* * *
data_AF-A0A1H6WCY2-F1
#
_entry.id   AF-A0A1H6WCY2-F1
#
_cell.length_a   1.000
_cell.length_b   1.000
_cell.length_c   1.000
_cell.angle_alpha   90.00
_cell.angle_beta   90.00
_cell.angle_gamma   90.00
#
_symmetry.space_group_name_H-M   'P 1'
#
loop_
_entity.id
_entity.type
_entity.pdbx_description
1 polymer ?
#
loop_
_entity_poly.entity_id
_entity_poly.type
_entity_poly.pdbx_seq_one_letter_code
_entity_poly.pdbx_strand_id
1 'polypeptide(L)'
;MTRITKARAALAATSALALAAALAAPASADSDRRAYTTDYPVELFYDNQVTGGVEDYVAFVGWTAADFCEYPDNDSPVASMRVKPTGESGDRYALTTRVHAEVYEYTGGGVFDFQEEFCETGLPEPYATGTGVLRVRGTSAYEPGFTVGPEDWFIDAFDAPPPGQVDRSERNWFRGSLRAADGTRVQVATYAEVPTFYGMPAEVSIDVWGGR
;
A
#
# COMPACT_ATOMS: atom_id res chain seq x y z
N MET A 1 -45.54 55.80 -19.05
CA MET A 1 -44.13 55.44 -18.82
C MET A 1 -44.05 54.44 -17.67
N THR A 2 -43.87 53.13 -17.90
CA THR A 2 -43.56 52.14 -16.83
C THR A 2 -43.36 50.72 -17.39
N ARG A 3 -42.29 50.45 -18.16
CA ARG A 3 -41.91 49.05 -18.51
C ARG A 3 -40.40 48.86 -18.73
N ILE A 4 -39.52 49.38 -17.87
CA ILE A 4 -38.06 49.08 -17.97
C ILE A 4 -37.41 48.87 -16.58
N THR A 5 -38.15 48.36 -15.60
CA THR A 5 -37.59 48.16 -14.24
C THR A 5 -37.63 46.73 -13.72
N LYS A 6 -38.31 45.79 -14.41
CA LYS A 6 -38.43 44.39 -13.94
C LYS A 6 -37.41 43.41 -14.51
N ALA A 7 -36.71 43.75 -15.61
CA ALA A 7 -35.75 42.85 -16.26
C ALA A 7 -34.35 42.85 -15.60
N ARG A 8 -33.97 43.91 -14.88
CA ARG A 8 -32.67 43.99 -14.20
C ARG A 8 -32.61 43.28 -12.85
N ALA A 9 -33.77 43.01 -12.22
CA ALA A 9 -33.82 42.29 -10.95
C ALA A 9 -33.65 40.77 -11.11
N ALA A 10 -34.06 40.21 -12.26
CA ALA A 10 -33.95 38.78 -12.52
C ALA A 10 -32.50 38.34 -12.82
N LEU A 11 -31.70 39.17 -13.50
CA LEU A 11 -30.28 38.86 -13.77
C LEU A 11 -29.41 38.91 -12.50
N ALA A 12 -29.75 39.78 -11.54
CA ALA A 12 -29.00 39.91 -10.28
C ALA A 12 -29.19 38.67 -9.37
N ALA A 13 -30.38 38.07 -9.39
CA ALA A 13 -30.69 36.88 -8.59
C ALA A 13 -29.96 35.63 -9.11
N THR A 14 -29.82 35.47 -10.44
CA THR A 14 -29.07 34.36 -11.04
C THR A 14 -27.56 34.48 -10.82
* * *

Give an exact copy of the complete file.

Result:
data_AF-A0A1H6WCY2-F1
#
_entry.id   AF-A0A1H6WCY2-F1
#
_cell.length_a   1.000
_cell.length_b   1.000
_cell.length_c   1.000
_cell.angle_alpha   90.00
_cell.angle_beta   90.00
_cell.angle_gamma   90.00
#
_symmetry.space_group_name_H-M   'P 1'
#
loop_
_entity.id
_entity.type
_entity.pdbx_description
1 polymer ?
#
loop_
_entity_poly.entity_id
_entity_poly.type
_entity_poly.pdbx_seq_one_letter_code
_entity_poly.pdbx_strand_id
1 'polypeptide(L)'
;MTRITKARAALAATSALALAAALAAPASADSDRRAYTTDYPVELFYDNQVTGGVEDYVAFVGWTAADFCEYPDNDSPVASMRVKPTGESGDRYALTTRVHAEVYEYTGGGVFDFQEEFCETGLPEPYATGTGVLRVRGTSAYEPGFTVGPEDWFIDAFDAPPPGQVDRSERNWFRGSLRAADGTRVQVATYAEVPTFYGMPAEVSIDVWGGR
;
A
#
# COMPACT_ATOMS: atom_id res chain seq x y z
N MET A 1 -45.54 55.80 -19.05
CA MET A 1 -44.13 55.44 -18.82
C MET A 1 -44.05 54.44 -17.67
N THR A 2 -43.87 53.13 -17.90
CA THR A 2 -43.56 52.14 -16.83
C THR A 2 -43.36 50.72 -17.39
N ARG A 3 -42.29 50.45 -18.16
CA ARG A 3 -41.91 49.05 -18.51
C ARG A 3 -40.40 48.86 -18.73
N ILE A 4 -39.52 49.38 -17.87
CA ILE A 4 -38.06 49.08 -17.97
C ILE A 4 -37.41 48.87 -16.58
N THR A 5 -38.15 48.36 -15.60
CA THR A 5 -37.59 48.16 -14.24
C THR A 5 -37.63 46.73 -13.72
N LYS A 6 -38.31 45.79 -14.41
CA LYS A 6 -38.43 44.39 -13.94
C LYS A 6 -37.41 43.41 -14.51
N ALA A 7 -36.71 43.75 -15.61
CA ALA A 7 -35.75 42.85 -16.26
C ALA A 7 -34.35 42.85 -15.60
N ARG A 8 -33.97 43.91 -14.88
CA ARG A 8 -32.67 43.99 -14.20
C ARG A 8 -32.61 43.28 -12.85
N ALA A 9 -33.77 43.01 -12.22
CA ALA A 9 -33.82 42.29 -10.95
C ALA A 9 -33.65 40.77 -11.11
N ALA A 10 -34.06 40.21 -12.26
CA ALA A 10 -33.95 38.78 -12.52
C ALA A 10 -32.50 38.34 -12.82
N LEU A 11 -31.70 39.17 -13.50
CA LEU A 11 -30.28 38.86 -13.77
C LEU A 11 -29.41 38.91 -12.50
N ALA A 12 -29.75 39.78 -11.54
CA ALA A 12 -29.00 39.91 -10.28
C ALA A 12 -29.19 38.67 -9.37
N ALA A 13 -30.38 38.07 -9.39
CA ALA A 13 -30.69 36.88 -8.59
C ALA A 13 -29.96 35.63 -9.11
N THR A 14 -29.82 35.47 -10.44
CA THR A 14 -29.07 34.36 -11.04
C THR A 14 -27.56 34.48 -10.82